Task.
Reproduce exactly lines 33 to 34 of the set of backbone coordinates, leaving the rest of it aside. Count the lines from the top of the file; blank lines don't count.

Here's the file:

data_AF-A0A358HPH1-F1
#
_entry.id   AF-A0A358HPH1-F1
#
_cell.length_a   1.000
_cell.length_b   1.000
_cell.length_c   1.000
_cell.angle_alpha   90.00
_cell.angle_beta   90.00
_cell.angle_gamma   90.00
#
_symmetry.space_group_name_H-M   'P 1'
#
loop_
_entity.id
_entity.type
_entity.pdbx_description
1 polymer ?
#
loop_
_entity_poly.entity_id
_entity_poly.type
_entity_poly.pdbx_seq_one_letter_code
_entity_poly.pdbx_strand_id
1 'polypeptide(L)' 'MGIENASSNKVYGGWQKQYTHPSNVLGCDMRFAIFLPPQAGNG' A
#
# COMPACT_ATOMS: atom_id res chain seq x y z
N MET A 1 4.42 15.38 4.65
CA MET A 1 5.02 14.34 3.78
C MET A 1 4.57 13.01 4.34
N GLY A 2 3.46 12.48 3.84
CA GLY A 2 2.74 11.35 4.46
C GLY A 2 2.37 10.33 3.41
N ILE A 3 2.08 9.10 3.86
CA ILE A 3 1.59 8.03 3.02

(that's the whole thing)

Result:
C GLY A 2 2.37 10.33 3.41
N ILE A 3 2.08 9.10 3.86